ACRE’s Emily Green explains the model for their finances as half personal and half grants. Most of the grant money goes towards established residencies and other projects. “The rent for the gallery space is donated by myself, as I live along with one of my Co-Directors in the apartment attached to the back of it,” she says. Asked about the refreshments for openings, the reply was, “We ask our audience for donations for alcoholic beverages, which typically goes into buying the beverages for the next show.” That seems to be a standard model that many spaces follow. Ron Reason, who formerly operated the gallery within(Reason), explained that he provided the operating expenses himself during the single year he was open. “In this regard it really was sort of a charitable adventure and definitely a labor of love. In hindsight, I view the starting and operating of the gallery as an artistic express in and of itself.”
Kelly Reaves readily admits that she and the Peanut Gallery haven’t quite gotten the hang of the funding situation just yet. While they do apply for the occasional grant, she shares that it doesn’t happen as often as it should. She also says they’re a little nervous about how they’ll keep things going. “We are very open to suggestions!” she jokes. “People tell us that we should be more store-like, and that frustrates me a little because I’m a bit of a purist and get kind of icky feeling when it comes to mixing money with art.” Reaves confesses that she feels that putting prices on the information sheets for shows makes her feel kind of weird about the entire process. “But, it is a necessary evil, and I know there has to be a graceful way to do it. We’re working on it.”
“There’s always money — but as I sit down and think about it, Marrakesh and I struggle with how protective we are of the place and what happens there,” Todd Frugia explains. The couple have grown over the last few years and currently employ a three-fourths time gallery manager and co-curator in Christian Cruz, also a performance artist. The Frugias also run a commercial video production business out of the space and that allows them more freedom to express themselves with the gallery. Todd says that even though they’re doing quite well, people will always offer up their opinions. “People will not be shy in telling you to be more capitalistic. Some will hound you to be more altruistic, some academic, some more community oriented — and there’s always someone wanting you to chase scenes and fads [in performance art],” he says. While they do rent their space for others to utilize, and to increase income for operations, he admits they should do so more often. “We know we need to rent the space out more often, but the whole ordeal makes me squeamish. The gallery is like our baby, and it’s hard to leave it with the babysitter sometimes,” he explains. For the most part though, all those offering answers to my questions were optimistic about the future of their spaces and are willing and excited to tackle any obstacle or challenge associated with doing so.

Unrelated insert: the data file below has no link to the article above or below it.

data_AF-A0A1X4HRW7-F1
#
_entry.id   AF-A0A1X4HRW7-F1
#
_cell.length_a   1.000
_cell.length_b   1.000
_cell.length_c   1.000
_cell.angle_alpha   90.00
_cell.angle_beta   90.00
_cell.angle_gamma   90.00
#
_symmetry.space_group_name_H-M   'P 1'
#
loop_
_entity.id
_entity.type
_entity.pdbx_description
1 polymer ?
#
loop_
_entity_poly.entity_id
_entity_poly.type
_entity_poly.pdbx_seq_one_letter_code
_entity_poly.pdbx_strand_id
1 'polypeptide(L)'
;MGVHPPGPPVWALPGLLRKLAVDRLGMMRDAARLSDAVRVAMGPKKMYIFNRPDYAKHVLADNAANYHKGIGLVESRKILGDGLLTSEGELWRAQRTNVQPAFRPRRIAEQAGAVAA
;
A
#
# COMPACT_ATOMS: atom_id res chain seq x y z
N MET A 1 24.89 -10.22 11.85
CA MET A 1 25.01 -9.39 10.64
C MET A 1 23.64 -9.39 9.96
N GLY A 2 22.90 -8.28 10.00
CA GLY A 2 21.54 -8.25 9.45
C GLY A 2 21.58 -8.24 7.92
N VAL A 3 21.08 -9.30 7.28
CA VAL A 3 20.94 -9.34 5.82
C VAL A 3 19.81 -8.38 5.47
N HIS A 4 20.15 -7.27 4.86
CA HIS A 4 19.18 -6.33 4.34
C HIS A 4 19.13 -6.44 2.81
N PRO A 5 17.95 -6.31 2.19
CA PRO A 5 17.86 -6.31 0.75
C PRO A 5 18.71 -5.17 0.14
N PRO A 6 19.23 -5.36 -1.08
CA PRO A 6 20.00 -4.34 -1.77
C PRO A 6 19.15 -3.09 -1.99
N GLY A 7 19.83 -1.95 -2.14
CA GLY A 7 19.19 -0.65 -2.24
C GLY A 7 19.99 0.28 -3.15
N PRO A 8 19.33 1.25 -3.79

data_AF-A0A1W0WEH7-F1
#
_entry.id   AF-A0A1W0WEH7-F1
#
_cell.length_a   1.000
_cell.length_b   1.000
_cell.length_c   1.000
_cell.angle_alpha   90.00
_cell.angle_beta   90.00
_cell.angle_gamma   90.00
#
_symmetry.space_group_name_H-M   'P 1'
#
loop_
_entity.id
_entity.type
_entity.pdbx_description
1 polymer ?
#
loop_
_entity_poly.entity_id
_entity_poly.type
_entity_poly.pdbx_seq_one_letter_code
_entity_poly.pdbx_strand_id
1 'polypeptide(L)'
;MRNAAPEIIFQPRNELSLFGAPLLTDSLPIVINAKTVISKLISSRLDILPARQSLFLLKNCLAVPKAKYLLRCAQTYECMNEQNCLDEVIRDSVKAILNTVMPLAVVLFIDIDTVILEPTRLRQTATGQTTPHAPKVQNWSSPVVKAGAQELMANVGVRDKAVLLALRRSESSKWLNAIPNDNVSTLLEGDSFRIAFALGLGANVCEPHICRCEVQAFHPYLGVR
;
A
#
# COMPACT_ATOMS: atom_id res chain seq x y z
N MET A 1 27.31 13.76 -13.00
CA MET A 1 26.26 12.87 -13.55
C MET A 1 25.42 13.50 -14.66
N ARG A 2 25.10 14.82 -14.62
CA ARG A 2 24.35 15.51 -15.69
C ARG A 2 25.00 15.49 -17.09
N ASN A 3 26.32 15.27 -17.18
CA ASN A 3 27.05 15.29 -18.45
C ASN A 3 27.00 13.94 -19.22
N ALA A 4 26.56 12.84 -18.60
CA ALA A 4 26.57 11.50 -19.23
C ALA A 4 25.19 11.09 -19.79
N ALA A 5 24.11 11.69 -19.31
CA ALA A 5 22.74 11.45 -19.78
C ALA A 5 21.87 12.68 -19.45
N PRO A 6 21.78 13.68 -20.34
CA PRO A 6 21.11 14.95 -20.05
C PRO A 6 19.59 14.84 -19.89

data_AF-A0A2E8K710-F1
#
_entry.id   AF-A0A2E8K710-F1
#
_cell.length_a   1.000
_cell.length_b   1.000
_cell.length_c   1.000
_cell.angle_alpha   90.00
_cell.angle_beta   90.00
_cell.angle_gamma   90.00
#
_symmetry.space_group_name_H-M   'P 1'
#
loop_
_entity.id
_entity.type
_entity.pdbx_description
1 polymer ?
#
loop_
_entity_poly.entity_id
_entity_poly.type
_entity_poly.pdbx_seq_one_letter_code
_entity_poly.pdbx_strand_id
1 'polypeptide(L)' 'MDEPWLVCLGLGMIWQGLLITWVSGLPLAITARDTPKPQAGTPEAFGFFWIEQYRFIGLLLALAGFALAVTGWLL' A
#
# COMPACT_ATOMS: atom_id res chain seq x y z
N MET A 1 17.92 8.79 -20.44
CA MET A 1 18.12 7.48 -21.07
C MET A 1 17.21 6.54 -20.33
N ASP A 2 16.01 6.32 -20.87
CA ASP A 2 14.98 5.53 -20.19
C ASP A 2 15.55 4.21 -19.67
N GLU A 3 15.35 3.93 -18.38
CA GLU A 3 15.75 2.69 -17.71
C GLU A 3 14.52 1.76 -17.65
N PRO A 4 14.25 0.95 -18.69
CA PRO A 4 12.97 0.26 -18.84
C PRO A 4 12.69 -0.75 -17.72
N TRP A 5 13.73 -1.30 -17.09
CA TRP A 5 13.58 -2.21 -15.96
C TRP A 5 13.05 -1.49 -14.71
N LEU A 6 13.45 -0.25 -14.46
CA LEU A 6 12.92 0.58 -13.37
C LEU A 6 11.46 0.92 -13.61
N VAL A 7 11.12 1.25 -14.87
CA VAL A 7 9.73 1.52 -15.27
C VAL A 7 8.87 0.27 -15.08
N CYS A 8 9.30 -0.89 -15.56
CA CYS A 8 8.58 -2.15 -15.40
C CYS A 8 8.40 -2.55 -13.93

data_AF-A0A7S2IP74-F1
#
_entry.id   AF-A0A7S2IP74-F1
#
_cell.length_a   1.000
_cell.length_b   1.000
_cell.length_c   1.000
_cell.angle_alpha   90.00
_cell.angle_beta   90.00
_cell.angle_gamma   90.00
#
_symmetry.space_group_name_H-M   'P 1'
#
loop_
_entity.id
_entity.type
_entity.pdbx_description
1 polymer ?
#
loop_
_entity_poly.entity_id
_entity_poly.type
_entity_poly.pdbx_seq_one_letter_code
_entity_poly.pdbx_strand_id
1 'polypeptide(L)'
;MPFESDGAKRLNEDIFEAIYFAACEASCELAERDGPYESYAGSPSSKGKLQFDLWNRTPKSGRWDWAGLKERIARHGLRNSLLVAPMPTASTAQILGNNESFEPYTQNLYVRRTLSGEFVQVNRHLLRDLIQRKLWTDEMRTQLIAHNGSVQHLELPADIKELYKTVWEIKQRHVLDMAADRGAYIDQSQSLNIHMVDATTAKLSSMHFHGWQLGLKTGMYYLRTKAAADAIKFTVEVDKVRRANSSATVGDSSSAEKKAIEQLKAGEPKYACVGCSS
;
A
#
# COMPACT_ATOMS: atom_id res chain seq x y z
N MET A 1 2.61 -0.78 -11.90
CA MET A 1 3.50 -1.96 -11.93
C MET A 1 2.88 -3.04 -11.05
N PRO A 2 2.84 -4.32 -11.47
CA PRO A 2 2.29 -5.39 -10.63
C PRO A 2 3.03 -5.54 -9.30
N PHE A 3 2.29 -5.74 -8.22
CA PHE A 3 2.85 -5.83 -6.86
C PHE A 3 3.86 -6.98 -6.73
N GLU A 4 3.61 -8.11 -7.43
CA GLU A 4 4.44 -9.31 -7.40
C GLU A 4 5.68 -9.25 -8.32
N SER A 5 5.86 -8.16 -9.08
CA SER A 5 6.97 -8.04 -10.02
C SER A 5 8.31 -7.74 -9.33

Obviously, the ever-changing landscape of alternative art spaces in Chicago is wrought with a passion for art and community. It is also readily apparent, after talking to so many people associated with these spaces, that almost every single place has developed from a labor of love and a lot of hard work. More often than not, the effort pays off with a wealth of good times and jubilant pride from a job well done. It takes a lot of guts to branch out from the norm. Who better than artists to buck tradition and make their own way following what their hearts tell them? Alternative spaces will always be a rejection of, or a reaction to the established norm of the institutionalized — and also the commercialized — art world. What this doesn’t mean is that they are in any way, shape or form, anything to be rejected by those already established norms. On the contrary, alternative and artist run spaces have themselves become a large part of the norm. What the future holds for these spaces or what’s to come as the next wave of ‘alternative’ is anybody’s guess, but most likely it will be fresh, exciting, game-changing and a part of the proud city of Chicago’s art history, like those that came before them — whether that’s part of their plan or not.